Soto/Vehafric wins, complaint filed

Portland State students elected Urban Students candidates Rudy Soto and Brad Vehafric for the offices of ASPSU president and vice president, but the ASPSU constitution could invalidate Soto’s victory.

Portland State students elected Urban Students candidates Rudy Soto and Brad Vehafric for the offices of ASPSU president and vice president, but the ASPSU constitution could invalidate Soto’s victory.

Soto and Vehafric received 999, 52.3 percent, of the total 1909 votes, beating out opponents Patrick Beisell and Johnnie Ozimkowski, who finished with 910 votes. Students also voted to pass all constitutional revisions to the ASPSU constitution by a vote of 1450 to 242.

In the constitutional revisions, students voted to remove a requirement that forced ASPSU officers to complete at least six credit hours each term. Soto did not meet that requirement, which would invalidate him as a candidate according to the 2006-07 constitution, but not according to the revised constitution.

Elections Board bylaws state that the revised constitution goes into effect once the Elections Board validates the election results. The board must validate both the PSU student body election results and verify that all candidates are eligible to run.

Elections Board members did not know whether to first verify the candidates or to validate the election results.

If the board verified the candidates, and then validated the election results, the elections board could be forced to use the 2006-07 constitution, which would invalidate Soto because he did not meet the credit requirements. If the board validated the election results before verifying candidates, therefore enacting the revised constitution, Soto would be eligible to be ASPSU president.

The Elections Board voted 2-1 Friday to validate Soto as ASPSU president, along with all other election results. Because the Elections Board did not know whether to first validate the election results or verify that candidates were eligible, their decision could have violated the constitution.

Beisell filed an attention request, a formal request to review the matter, with the Judicial Board about the credit requirement issue and the validity of the vote to elect Soto as president Friday afternoon. The request will be heard at Tuesday’s Judicial Board meeting.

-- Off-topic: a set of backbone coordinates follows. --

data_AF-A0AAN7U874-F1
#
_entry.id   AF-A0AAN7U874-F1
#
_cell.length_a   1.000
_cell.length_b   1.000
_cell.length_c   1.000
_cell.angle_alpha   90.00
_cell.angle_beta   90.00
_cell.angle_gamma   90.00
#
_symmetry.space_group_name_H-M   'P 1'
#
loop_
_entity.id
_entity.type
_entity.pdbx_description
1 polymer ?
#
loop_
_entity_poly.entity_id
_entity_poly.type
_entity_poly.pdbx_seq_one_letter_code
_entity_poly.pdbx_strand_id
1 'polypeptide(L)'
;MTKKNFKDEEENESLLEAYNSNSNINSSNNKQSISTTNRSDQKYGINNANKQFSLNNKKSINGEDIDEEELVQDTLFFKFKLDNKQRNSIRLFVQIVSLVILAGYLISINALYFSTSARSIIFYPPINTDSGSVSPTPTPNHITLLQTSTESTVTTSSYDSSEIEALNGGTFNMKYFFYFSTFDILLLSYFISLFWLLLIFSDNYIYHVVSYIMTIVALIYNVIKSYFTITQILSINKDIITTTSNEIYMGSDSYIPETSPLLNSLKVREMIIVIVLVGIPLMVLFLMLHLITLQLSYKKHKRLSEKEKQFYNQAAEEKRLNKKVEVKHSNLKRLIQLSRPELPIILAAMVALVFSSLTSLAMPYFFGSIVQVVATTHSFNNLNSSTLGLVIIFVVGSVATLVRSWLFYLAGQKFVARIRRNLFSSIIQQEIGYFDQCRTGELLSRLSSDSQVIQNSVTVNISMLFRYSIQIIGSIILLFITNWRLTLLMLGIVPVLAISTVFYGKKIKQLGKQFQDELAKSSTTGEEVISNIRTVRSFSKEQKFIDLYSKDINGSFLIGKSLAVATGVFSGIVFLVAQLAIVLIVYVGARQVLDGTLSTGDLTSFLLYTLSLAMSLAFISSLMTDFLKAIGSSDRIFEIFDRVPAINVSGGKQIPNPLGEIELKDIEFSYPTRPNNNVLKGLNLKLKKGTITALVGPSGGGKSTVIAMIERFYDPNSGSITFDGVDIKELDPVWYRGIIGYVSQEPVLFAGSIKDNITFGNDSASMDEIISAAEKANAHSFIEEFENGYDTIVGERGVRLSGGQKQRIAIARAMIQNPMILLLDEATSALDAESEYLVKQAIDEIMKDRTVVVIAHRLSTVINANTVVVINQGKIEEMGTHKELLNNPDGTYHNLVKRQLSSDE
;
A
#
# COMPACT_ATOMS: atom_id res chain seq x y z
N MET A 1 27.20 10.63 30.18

The 89-vote margin that determined the winner amounts to under 5 percent of students who voted for a presidential and vice presidential ticket. The president and vice president are the top offices of the Associated Students of Portland State University (ASPSU), the campus student government.

Urban Students slate member Amanda Newberg defeated Meaghan Mayeda for the position of Student Fee Committee (SFC) Chair, receiving 938 votes to Mayeda’s 683.

The SFC Chair heads the Student Fee Committee, the arm of student government that oversees the allocation of over $12 million in student incidental fees to Portland State’s student groups including the Vanguard, athletics programs and the Smith Memorial Student Union.

The election results also determined who would fill 22 student senator positions and six SFC member positions. Every person who ran for the student senate was elected into the senate positions. (For a complete listing of candidates and the votes they received, see the back page.)

The two slates split members elected to the SFC, with three members aligned with Soto/Vehafric’s campaign and three members aligned with Beisell/Ozimkowski’s campaign set to serve on next year’s committee.

The president, vice president and senators all take office June 1. The SFC chair and members begin their term July 1. All offices are a one-year term.

Soto and Vehafric’s main campaign goals include restoring 24-hour library access, lowering the cost of the TriMet Flex Pass, and reducing the cost of student health insurance. They have also said they intend to hold a series of campus-wide “town hall” public forums, initiate a textbook exchange, and work to promote student groups and campus organizations.

A total of 1,941 students voted in the election, slightly more than the 1,672 that voted a year ago. For much of the past decade voter turnout had hovered around 6 percent of the student body, until spiking to 10 percent two years ago. All students taking at least one credit at PSU are eligible to vote in the elections.

This would have been the second year that the offices of president and vice president were determined using a voting method called “instant runoff voting,” or “IRV,” at Portland State.

In an IRV election, voters rank candidates in order of preference rather than voting for just one. If no candidate receives at least 50 percent of the vote, the instant runoff begins. The candidate who received the least votes is eliminated, and their votes are redistributed between those voters’ second choice candidates. The runoff process continues until a candidate has at least 50 percent of the vote.

Only two slates were on the ballot this year, therefore nullifying the ability to hold an IRV election. Student voters approved IRV two years ago.

Friday’s results drew to a close an election season plagued by complex problems with running an efficient election, if one at all. The elections were originally to be held during the ninth week of winter term, but because of high Elections Board turnover and candidate ineligibility, the elections were postponed until the third week of spring term.